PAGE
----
Thursday, May 05, 2005

Another German tax reform (perhaps)

Not everything in the world revolves round today’s British election. In Germany they are still trying to figure out how to salvage their economy. And they have come up with another tax reform, this one aimed at small businesses that were closing down or, worse from the government’s point of view, moving out of Germany, because of the destrcutive inheritance tax.

Accroding to today’s Daily Telegraph, the German cabinet has approved plans to abolish inheritance tax for small family owned firms and to cut corporate tax rate from 25 to 19 per cent, bringing Germany’s combined federal, regional and local tax rate for businesses down to 32 per cent, nearer to the EU average.

“Searching for new ways to lift Germany out of the worst slump since the 1930s, finance minister Hans Eichel said small and medium-sized family firms could be handed down to heirs free of tax - provided they keep operations going for ten years.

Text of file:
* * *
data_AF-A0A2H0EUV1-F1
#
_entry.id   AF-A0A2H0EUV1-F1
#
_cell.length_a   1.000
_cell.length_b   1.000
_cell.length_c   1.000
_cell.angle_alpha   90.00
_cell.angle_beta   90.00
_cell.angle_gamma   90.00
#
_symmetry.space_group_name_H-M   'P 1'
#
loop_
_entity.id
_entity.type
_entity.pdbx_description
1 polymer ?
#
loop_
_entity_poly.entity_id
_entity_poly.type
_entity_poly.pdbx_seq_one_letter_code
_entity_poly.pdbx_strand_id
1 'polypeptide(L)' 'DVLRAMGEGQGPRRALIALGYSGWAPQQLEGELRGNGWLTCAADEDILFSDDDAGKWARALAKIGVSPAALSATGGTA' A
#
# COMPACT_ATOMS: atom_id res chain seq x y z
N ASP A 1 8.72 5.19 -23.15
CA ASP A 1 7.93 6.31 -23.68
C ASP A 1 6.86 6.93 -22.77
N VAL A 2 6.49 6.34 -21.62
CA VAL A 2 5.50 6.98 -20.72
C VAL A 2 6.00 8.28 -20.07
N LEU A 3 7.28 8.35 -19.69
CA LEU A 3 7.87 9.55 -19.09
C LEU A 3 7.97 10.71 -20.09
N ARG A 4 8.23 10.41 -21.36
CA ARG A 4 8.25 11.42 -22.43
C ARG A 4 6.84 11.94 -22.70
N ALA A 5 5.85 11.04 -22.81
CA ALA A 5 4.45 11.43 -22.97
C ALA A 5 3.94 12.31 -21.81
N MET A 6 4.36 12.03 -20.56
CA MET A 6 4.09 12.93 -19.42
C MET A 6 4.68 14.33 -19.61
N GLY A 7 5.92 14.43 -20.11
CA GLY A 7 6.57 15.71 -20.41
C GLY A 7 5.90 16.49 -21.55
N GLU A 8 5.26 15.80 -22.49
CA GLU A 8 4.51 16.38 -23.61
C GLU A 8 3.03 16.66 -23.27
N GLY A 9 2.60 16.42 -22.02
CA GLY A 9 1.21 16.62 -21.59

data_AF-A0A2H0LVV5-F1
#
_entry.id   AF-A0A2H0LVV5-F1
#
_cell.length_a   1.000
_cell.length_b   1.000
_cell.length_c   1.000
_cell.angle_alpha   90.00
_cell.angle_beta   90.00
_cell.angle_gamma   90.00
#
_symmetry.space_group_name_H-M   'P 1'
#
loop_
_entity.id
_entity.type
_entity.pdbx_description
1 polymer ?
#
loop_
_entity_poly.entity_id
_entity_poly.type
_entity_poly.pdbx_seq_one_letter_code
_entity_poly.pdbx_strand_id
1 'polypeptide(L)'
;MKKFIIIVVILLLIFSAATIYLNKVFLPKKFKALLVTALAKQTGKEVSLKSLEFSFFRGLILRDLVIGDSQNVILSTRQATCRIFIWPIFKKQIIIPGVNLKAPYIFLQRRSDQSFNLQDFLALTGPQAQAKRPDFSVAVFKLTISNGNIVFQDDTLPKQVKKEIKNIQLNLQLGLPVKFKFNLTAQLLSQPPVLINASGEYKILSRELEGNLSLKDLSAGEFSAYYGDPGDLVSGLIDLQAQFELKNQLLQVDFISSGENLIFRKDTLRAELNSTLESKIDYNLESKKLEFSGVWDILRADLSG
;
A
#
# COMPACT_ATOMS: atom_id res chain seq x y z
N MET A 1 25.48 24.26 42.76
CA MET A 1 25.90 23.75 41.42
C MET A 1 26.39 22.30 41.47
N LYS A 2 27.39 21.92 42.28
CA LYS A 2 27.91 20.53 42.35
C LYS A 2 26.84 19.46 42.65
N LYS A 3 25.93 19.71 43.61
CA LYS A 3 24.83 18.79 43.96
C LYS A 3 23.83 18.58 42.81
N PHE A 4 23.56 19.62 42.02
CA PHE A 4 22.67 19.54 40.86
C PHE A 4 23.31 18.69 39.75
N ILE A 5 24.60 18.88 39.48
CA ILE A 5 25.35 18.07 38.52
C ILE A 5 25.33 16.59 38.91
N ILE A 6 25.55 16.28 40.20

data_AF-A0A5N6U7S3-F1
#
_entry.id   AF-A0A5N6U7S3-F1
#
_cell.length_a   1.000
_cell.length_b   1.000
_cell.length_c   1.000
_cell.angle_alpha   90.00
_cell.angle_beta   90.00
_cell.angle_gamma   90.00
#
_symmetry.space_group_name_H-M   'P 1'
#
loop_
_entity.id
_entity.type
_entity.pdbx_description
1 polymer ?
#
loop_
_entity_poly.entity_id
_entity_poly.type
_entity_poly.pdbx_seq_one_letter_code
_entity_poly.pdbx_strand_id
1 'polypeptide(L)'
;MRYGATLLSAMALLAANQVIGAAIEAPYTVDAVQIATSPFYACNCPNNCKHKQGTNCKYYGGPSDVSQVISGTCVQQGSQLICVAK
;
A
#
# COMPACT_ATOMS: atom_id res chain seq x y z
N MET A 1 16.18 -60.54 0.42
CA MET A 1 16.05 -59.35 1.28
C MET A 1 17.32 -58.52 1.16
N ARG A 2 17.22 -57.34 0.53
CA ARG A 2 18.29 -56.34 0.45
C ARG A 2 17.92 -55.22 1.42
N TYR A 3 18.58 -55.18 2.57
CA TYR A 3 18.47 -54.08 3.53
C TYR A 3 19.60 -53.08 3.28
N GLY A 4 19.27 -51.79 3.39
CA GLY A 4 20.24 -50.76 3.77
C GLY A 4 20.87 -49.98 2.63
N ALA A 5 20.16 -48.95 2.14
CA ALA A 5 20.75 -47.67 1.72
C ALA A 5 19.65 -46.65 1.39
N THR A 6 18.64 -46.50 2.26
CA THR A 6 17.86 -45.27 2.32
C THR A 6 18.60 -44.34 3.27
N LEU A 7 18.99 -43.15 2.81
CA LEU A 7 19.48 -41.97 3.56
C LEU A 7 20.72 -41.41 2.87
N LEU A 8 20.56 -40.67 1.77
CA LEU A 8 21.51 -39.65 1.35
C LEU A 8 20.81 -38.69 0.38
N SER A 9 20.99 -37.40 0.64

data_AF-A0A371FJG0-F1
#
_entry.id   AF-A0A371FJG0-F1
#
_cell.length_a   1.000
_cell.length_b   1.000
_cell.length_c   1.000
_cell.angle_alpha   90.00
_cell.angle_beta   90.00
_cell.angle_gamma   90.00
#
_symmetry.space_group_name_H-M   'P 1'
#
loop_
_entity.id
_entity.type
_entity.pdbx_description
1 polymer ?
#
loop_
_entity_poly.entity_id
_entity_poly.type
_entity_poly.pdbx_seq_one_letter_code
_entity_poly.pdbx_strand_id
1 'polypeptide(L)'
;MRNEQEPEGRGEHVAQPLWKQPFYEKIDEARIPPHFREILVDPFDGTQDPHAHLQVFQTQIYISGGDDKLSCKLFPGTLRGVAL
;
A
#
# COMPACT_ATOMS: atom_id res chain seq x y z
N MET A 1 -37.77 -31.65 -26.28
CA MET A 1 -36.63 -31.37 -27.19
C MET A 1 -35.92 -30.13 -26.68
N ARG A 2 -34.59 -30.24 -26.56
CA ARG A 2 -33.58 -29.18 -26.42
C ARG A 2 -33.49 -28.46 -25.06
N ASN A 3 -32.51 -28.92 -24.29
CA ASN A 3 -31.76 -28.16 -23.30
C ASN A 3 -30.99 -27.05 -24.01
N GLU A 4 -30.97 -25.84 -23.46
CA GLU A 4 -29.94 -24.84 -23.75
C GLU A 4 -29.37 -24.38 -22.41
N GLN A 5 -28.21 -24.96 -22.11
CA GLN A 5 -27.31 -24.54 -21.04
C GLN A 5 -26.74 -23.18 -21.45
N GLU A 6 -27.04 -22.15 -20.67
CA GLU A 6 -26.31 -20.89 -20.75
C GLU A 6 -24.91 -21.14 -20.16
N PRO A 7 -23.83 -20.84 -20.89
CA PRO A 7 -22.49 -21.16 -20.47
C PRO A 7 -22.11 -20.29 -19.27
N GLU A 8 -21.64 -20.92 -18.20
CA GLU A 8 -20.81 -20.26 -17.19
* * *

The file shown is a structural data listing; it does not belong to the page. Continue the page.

The concession is limited to firms worth less than €100m (£68m). The tax rate is to be tapered down by one tenth each year.”

The reform, particularly that of the corporate tax rate is said to be prompted by stiff competition from the East European countries, many of whom have gone for low corporate taxes (though sometimes for high other ones).

More to the point, a number of them have introduced or are thinking of introducing a flat rate tax that is much more likely to encourage growth, deter evasion and simplify tax paying for most of the victims.

After all, one does not have to be an economist on the Milton Friedman level to see what is wrong with the German proposal to create special deals for small family owned firms (a proposal that crops up periodically in this country as well).

It adds another level of complication and another level of bureaucracy; it acts as a disincentive for firms that might like to grow or expand their ownership; and, above all, it encourages further and more complex evasion strategies.

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